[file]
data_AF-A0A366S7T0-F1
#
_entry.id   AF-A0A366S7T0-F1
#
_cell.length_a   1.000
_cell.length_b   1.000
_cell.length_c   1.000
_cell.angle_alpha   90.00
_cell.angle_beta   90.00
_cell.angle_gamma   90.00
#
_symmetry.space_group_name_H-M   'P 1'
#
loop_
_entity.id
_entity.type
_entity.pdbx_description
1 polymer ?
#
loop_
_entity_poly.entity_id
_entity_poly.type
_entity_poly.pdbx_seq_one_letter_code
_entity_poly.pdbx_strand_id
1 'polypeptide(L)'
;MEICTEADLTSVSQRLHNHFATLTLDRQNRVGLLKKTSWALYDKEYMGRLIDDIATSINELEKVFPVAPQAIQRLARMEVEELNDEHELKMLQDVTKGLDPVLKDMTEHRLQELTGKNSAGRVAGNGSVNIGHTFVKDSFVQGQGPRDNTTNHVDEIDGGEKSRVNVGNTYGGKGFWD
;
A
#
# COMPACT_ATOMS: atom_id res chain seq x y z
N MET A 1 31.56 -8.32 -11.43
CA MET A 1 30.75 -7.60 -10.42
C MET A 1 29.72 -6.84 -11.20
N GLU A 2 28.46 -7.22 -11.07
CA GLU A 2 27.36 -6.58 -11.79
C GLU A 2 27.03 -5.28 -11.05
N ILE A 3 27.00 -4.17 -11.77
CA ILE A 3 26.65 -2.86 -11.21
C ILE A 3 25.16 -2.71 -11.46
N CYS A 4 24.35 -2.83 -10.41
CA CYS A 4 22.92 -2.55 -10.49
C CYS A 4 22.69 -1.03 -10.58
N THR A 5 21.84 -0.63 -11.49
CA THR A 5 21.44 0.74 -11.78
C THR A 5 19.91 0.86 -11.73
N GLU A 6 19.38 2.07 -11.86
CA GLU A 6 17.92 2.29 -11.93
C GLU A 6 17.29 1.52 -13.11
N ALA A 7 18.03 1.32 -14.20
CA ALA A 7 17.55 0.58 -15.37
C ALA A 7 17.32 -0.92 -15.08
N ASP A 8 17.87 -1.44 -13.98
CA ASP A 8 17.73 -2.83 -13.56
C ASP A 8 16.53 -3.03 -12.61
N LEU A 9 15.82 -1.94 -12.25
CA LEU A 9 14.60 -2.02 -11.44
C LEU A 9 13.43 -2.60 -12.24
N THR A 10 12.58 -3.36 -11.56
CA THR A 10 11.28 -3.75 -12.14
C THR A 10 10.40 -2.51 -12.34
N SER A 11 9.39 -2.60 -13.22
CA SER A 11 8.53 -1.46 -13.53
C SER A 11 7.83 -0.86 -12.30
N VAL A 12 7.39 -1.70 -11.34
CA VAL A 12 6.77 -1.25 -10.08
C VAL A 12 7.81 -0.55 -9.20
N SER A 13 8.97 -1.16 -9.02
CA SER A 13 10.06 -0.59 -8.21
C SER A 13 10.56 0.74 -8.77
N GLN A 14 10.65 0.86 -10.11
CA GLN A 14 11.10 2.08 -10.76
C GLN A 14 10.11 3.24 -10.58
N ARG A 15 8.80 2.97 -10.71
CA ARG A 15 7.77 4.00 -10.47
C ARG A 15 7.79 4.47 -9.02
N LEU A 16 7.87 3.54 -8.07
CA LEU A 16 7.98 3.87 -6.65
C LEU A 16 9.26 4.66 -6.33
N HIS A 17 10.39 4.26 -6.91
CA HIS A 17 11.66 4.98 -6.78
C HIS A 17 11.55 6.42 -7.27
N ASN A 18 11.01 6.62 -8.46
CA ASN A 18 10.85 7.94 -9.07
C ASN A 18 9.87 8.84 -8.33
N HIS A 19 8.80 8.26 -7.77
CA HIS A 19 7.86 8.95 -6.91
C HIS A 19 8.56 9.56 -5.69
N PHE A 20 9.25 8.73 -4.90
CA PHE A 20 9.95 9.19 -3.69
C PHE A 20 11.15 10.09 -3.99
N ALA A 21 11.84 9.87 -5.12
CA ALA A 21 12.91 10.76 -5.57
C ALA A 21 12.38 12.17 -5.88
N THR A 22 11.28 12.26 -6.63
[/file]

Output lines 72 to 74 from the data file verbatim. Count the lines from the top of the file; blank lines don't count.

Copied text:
C GLN A 14 10.11 3.24 -10.58
N ARG A 15 8.80 2.97 -10.71
CA ARG A 15 7.77 4.00 -10.47